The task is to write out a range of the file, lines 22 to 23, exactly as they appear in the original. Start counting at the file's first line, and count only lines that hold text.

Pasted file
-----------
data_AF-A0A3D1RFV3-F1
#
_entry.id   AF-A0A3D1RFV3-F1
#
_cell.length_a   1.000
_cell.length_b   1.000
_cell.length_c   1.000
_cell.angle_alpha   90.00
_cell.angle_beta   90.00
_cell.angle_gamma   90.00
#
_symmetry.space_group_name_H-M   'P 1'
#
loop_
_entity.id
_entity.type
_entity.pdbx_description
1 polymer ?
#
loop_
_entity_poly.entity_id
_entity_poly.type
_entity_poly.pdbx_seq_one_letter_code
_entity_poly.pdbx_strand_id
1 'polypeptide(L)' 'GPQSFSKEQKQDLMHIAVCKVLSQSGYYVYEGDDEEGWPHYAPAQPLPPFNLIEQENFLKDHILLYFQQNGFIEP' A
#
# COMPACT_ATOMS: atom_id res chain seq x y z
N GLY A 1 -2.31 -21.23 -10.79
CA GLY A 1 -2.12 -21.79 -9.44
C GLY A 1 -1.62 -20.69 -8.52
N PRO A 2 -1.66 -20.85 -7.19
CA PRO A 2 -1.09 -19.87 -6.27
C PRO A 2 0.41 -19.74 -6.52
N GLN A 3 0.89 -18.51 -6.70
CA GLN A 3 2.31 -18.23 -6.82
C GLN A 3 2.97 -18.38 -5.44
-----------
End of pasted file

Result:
_entity_poly.type
_entity_poly.pdbx_seq_one_letter_code